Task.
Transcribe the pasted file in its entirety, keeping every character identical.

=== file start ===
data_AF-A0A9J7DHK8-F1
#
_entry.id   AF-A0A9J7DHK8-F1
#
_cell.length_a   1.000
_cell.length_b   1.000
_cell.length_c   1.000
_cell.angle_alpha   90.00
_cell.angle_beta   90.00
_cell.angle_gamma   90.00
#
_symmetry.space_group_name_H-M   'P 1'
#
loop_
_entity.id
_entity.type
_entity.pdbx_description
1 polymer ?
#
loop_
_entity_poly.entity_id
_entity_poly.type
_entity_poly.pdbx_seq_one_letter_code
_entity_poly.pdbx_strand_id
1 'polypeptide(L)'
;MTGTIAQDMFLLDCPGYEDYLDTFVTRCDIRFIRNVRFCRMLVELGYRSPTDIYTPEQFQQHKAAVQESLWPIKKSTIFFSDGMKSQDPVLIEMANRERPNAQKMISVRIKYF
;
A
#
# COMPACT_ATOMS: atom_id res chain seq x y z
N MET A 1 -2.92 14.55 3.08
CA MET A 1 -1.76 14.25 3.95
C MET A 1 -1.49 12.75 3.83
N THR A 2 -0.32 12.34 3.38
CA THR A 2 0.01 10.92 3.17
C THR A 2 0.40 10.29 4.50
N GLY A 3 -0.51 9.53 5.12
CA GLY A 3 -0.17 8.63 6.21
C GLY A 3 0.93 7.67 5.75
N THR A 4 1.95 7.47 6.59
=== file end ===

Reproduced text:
data_AF-A0A9J7DHK8-F1
#
_entry.id   AF-A0A9J7DHK8-F1
#
_cell.length_a   1.000
_cell.length_b   1.000
_cell.length_c   1.000
_cell.angle_alpha   90.00
_cell.angle_beta   90.00
_cell.angle_gamma   90.00
#
_symmetry.space_group_name_H-M   'P 1'
#
loop_
_entity.id
_entity.type
_entity.pdbx_description
1 polymer ?
#
loop_
_entity_poly.entity_id
_entity_poly.type
_entity_poly.pdbx_seq_one_letter_code
_entity_poly.pdbx_strand_id
1 'polypeptide(L)'
;MTGTIAQDMFLLDCPGYEDYLDTFVTRCDIRFIRNVRFCRMLVELGYRSPTDIYTPEQFQQHKAAVQESLWPIKKSTIFFSDGMKSQDPVLIEMANRERPNAQKMISVRIKYF
;
A
#
# COMPACT_ATOMS: atom_id res chain seq x y z
N MET A 1 -2.92 14.55 3.08
CA MET A 1 -1.76 14.25 3.95
C MET A 1 -1.49 12.75 3.83
N THR A 2 -0.32 12.34 3.38
CA THR A 2 0.01 10.92 3.17
C THR A 2 0.40 10.29 4.50
N GLY A 3 -0.51 9.53 5.12
CA GLY A 3 -0.17 8.63 6.21
C GLY A 3 0.93 7.67 5.75
N THR A 4 1.95 7.47 6.59